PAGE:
Loading in 5 sec....

Interference-Aware Fair Rate Control in Wireless Sensor Networks (IFRC)PowerPoint Presentation

Interference-Aware Fair Rate Control in Wireless Sensor Networks (IFRC)

- By
**skule** - Follow User

- 130 Views
- Uploaded on

Download Presentation
## PowerPoint Slideshow about ' Interference-Aware Fair Rate Control in Wireless Sensor Networks (IFRC)' - skule

**An Image/Link below is provided (as is) to download presentation**

Download Policy: Content on the Website is provided to you AS IS for your information and personal use and may not be sold / licensed / shared on other websites without getting consent from its author.While downloading, if for some reason you are not able to download a presentation, the publisher may have deleted the file from their server.

- - - - - - - - - - - - - - - - - - - - - - - - - - E N D - - - - - - - - - - - - - - - - - - - - - - - - - -

Presentation Transcript

### Interference-Aware Fair Rate Control in Wireless Sensor Networks (IFRC)

### Backup Slides Structural Vibrations

Sumit Rangwala

Ramakrishna Gummadi, Ramesh Govindan, Konstantinos Psounis

Wireless network of N nodes Networks (IFRC)

Data transmission over multiple hops to a single node

“Design a distributed algorithm to dynamically allocate fair and efficient rate to each flow”

f11

f13

f15

f19

f20

Problem DefinitionNeighbor

10

11

12

13

14

15

17

18

19

16

20

21

Motivation: A Wireless Sensor Network for Collecting Structural Vibrations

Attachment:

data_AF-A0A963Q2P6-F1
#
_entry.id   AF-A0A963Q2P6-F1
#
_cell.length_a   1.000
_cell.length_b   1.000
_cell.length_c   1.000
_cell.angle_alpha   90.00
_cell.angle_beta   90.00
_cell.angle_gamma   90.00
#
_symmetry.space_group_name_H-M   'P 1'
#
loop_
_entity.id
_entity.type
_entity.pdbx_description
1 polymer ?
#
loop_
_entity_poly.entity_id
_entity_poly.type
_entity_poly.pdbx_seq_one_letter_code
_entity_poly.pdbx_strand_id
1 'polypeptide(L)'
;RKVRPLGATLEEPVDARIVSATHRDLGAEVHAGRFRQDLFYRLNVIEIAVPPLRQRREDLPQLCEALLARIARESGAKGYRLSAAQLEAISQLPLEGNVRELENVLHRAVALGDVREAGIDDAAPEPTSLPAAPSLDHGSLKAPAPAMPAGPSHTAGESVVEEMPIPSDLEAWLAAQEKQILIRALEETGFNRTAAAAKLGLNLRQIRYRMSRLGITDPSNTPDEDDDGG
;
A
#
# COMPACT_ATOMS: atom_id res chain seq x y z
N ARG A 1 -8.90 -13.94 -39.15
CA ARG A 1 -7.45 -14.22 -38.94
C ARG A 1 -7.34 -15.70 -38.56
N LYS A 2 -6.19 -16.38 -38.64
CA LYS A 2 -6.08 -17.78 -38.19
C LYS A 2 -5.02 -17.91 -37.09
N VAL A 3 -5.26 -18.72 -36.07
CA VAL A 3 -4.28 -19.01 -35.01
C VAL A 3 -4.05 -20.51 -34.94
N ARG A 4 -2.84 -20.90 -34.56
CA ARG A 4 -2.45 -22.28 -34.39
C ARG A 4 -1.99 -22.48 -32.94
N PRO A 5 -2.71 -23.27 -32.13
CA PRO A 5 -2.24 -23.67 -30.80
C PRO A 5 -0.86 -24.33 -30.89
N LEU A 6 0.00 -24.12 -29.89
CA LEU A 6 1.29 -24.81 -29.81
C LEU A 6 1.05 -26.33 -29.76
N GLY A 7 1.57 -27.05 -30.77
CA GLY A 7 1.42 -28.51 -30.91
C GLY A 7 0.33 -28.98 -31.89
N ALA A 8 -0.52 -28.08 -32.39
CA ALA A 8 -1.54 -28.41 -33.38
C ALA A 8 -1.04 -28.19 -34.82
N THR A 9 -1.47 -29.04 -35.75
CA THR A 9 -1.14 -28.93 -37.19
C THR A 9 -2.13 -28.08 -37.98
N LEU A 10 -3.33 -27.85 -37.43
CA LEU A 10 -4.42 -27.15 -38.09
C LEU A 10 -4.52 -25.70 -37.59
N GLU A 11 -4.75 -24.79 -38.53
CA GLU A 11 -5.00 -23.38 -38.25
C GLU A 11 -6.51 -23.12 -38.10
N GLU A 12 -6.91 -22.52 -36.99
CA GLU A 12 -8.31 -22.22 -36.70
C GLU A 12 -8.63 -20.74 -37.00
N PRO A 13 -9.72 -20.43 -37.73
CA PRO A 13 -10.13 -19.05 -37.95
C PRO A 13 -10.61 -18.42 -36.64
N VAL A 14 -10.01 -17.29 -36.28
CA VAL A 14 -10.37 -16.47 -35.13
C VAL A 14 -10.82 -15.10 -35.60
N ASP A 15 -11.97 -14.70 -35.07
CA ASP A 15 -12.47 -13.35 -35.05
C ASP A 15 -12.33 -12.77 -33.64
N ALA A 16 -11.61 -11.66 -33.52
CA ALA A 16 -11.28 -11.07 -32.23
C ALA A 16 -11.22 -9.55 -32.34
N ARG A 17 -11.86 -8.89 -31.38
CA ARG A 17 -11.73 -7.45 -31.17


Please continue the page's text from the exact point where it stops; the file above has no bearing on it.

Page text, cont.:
- Nodes measured vibrations and transmitted it to a central node
- Over multiple hops

- Preconfigured rates for each flow
- Led to congestion
- More than an hour to receive 10 min of vibration data in a 15 node network

- Led to congestion

f Structural Vibrations11

f13

f15

f19

f20

AssumptionsNeighbor

- CSMA MAC (without RTS/CTS)
- Link-layer retransmissions
- Routing Tree
- One flow originating per node

10

11

12

13

14

15

17

18

19

16

20

21

Assumptions consistent with current practice in sensornets

f Structural Vibrationsi

fj

Challenges- Goal
- Max-min allocation

- Wireless Networks
- Transmission rate from a node to its neighbor depends on neighborhood traffic
- Flows affecting this transmission rate are not merely flows traversing a node.

A

m

n

B

Flows that affect each others' rate may not traverse a common link or node

Challenges Structural Vibrations

- Transmission rate along 16 →14
- Dependent on traffic on various other links
- 20 → 16, 21 → 16, 14 → 12
- 17 →14, 13 →11, 12 →10

- Dependent on traffic on various other links

10

Neighbor

- Transmission rate along 16 →14
- Dependent on traffic on various other links
- 20 → 16 (a) , 21 → 16 (b), 14 → 12 (c)
- 17 →14 (d), 13 →11 (e), 12 →10 (f)

- Dependent on traffic on various other links

- Transmission rate along 16 →14
- Dependent on traffic on various other links
- 20 → 16 (a) , 21 → 16 (b), 14 → 12 (c)
- 17 →14 (d), 13 →11 (e), 12 →10 (f)

- Dependent on traffic on various other links

- Transmission rate along 16 →14
- Dependent on traffic on various other links
- 20 → 16 (a) , 21 → 16 (b), 14 → 12 (c)
- 17 →14, 13 →11, 12 →10

- Dependent on traffic on various other links

Child/Parent

f

11

12

e

c

13

14

15

d

- The rate of flows traversing 16 →14 (flows from 20, 21, and 16)
- … is affected by rate of:
- Flows originating from 17, 14, 13, 12,
- As well as 15, 18, 19

- … is affected by rate of:

16

17

18

19

a

b

20

21

Definition: Potential Interferer Structural Vibrations

Interfering links

l1 interferes with a link l2 if transmission along l1 prevents